Questions tagged [stack-overflow]

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4
votes
1answer
67 views

How are stack canaries padded by unmapped pages?

I was reading the wikipedia article on this subject and it states that when a program starts, the canary is calculated at random, stored in a local variable(which I presume was introduced by the ...
1
vote
2answers
109 views

In Return-Oriented Programming how can the machine execute unaligned instructions?

I am reading "The Geometry of Innocent Flesh on the Bone: Return-into-libc without Function Calls (on the x86)". The author claims that x86 code is like English written without punctuation or spaces, ...
2
votes
1answer
212 views

Cannot exploit stack-based buffer overflow with ASLR-disabled, since RSP differs heavily between executions?

I have made a little toy program, compiled with ALSR disabled, that I want to exploit using stack-based buffer overflow: // gcc stackexec0x1.c -Wl,-z,execstack -no-pie -fno-stack-protector -o ...
1
vote
1answer
122 views

What is Return-Oriented Programming? [closed]

With return-oriented programming, when we fill a buffer with the stack contents (arguments and return addresses) for the function calls we plan on "injecting," how do we actually change the stack ...
0
votes
0answers
24 views

Stack overwriting/overflow protection using memory page flags

In a stack overflow/overwriting attack(which primarily either executes code written to stack or changes flow of program by changing return address), the defenses seem to be marking stack code as "data"...
1
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0answers
84 views

Need help in exploiting an overflow on Linux [closed]

There is a 32-bit linux application. It's possible to overwrite EIP easily. I will call this process: "send a string". It's also possible to send about 10000 custom bytes to heap (it's possible to ...
2
votes
2answers
674 views

Overflowing the buffer yet not jumping to address

I am a beginner at buffer overflows been studying this subject from a few days and i found this exercise (code from: here) I think understand the basic concept i write more than 64 bytes characters ...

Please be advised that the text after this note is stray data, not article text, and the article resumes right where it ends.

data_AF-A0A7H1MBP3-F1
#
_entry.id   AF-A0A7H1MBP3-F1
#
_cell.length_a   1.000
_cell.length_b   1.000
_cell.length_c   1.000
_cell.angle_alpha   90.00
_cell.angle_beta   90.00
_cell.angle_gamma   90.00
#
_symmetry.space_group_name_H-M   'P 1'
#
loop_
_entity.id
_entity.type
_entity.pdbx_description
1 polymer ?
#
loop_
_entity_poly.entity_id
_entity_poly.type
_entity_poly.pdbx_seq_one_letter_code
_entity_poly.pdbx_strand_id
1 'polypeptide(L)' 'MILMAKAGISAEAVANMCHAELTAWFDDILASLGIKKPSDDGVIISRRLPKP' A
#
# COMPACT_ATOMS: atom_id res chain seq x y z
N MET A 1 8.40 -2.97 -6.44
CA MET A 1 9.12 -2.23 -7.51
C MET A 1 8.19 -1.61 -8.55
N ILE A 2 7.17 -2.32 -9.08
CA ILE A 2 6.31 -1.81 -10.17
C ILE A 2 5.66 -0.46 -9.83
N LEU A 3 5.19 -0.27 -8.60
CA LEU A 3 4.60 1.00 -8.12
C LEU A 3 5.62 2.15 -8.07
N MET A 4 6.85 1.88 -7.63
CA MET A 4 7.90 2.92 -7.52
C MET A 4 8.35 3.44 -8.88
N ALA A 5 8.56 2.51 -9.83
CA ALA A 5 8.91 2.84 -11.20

3
votes
1answer
128 views

Smashing stack in x86_64

Exploiting functions like strcpy() relies on the fact that the payload string must not contain zero bytes that would terminate the copy function. If the payload contains x86_64 addresses (e.g. in ...
4
votes
2answers
473 views

How does gcc compiler guard stack for stack overflow?

When we compile c program with gcc, we have to inlude "-z execstack" option to enable stack overflow attack. The question I want to ask is how does gcc implement this . Without this option, how does ...
2
votes
2answers
871 views

Why do we need to remove null bytes from shell code?

I'm studying the basics of making shell codes. I have a question about it. In my textbook, the author stores his shell code in an environment variable, and injects the address of it using strcpy() ...
1
vote
2answers
400 views

Buffer Overflow Stack Attack Exercise Help

So I am trying to complete a buffer overflow exercise. The code I am trying to exploit is below. What I want to be able to do is to insert my own print statement through the overflow attack. What I ...
2
votes
1answer
431 views

How do I bypass a return address overwrite not doing anything?

This is main: (gdb) disass main Dump of assembler code for function main: 0x000000000040057c <+0>: push rbp 0x000000000040057d <+1>: mov rbp,rsp 0x0000000000400580 <+4&...
2
votes
2answers
505 views

C - Simple Buffer Overflow Exploitation, how is the EIP overwritten in different type calling functions?

General Background: I have written an echo server trying to implement an example of BoF in C that utilizes a strcpy() function call like such: // .... including the corresponding libraries depending ...
2
votes
1answer
87 views

Understanding a crash

Say you're fuzzing a Windows x32 application for a file format bug and, say, you found a pattern that causes the application to crash. My normal steps are: load application into a debugger ...